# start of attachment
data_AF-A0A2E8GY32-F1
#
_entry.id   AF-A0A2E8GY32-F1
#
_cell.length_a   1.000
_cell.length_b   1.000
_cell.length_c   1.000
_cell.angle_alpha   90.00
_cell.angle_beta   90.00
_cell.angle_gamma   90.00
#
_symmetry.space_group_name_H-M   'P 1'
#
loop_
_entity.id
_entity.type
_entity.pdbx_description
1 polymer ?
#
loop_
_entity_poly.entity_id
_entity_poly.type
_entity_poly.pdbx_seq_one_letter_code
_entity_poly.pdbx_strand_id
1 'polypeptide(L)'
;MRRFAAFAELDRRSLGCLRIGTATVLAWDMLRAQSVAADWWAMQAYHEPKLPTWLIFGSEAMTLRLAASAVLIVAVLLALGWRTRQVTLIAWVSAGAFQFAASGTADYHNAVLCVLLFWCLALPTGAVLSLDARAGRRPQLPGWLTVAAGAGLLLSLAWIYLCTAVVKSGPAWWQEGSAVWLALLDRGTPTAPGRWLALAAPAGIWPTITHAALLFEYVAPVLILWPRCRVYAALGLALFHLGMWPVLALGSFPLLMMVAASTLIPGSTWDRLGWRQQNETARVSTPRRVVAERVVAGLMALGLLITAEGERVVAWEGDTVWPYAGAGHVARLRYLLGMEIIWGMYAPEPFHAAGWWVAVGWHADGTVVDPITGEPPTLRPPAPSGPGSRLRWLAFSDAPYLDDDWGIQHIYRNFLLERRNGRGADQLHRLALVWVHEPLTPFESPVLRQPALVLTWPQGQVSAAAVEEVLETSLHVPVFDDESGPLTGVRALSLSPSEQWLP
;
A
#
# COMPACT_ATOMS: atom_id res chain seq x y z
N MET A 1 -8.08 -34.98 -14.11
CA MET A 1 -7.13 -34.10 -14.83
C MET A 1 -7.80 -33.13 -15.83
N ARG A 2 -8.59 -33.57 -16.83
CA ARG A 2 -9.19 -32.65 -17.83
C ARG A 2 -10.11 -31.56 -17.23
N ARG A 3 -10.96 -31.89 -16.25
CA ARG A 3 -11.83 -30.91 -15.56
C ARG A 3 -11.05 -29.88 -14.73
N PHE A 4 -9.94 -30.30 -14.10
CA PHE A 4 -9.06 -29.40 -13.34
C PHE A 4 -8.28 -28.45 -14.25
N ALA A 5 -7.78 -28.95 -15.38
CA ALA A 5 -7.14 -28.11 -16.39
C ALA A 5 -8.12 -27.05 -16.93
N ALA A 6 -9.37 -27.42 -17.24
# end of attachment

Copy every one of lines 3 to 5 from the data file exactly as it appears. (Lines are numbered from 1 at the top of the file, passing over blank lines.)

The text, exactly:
_entry.id   AF-A0A2E8GY32-F1
#
_cell.length_a   1.000